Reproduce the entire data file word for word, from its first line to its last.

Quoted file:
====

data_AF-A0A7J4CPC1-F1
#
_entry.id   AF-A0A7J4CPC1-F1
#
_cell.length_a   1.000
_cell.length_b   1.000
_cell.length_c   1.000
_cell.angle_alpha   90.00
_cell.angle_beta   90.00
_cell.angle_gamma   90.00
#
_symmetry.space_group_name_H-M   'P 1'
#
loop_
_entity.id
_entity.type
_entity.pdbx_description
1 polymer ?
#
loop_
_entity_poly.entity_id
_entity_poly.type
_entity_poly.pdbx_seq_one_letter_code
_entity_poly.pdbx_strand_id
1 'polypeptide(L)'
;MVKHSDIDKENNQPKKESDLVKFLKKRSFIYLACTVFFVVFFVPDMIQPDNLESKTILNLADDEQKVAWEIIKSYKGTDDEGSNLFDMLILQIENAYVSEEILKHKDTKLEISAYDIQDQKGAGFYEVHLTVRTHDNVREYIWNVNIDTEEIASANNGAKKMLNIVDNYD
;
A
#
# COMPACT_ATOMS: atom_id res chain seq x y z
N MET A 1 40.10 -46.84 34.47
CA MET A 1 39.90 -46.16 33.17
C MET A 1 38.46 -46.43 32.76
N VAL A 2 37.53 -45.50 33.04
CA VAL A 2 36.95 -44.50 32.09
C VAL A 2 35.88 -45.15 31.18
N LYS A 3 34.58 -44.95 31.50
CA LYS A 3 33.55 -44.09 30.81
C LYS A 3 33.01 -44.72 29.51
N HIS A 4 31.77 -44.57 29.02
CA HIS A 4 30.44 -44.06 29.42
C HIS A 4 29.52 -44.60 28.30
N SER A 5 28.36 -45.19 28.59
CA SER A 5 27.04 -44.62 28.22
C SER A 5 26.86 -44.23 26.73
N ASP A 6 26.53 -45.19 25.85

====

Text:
data_AF-A0A7J4CPC1-F1
#
_entry.id   AF-A0A7J4CPC1-F1
#
_cell.length_a   1.000
_cell.length_b   1.000
_cell.length_c   1.000
_cell.angle_alpha   90.00
_cell.angle_beta   90.00
_cell.angle_gamma   90.00
#
_symmetry.space_group_name_H-M   'P 1'
#
loop_
_entity.id
_entity.type
_entity.pdbx_description
1 polymer ?
#
loop_
_entity_poly.entity_id
_entity_poly.type
_entity_poly.pdbx_seq_one_letter_code
_entity_poly.pdbx_strand_id
1 'polypeptide(L)'
;MVKHSDIDKENNQPKKESDLVKFLKKRSFIYLACTVFFVVFFVPDMIQPDNLESKTILNLADDEQKVAWEIIKSYKGTDDEGSNLFDMLILQIENAYVSEEILKHKDTKLEISAYDIQDQKGAGFYEVHLTVRTHDNVREYIWNVNIDTEEIASANNGAKKMLNIVDNYD
;
A
#
# COMPACT_ATOMS: atom_id res chain seq x y z
N MET A 1 40.10 -46.84 34.47
CA MET A 1 39.90 -46.16 33.17
C MET A 1 38.46 -46.43 32.76
N VAL A 2 37.53 -45.50 33.04
CA VAL A 2 36.95 -44.50 32.09
C VAL A 2 35.88 -45.15 31.18
N LYS A 3 34.58 -44.95 31.50
CA LYS A 3 33.55 -44.09 30.81
C LYS A 3 33.01 -44.72 29.51
N HIS A 4 31.77 -44.57 29.02
CA HIS A 4 30.44 -44.06 29.42
C HIS A 4 29.52 -44.60 28.30
N SER A 5 28.36 -45.19 28.59
CA SER A 5 27.04 -44.62 28.22
C SER A 5 26.86 -44.23 26.73
N ASP A 6 26.53 -45.19 25.85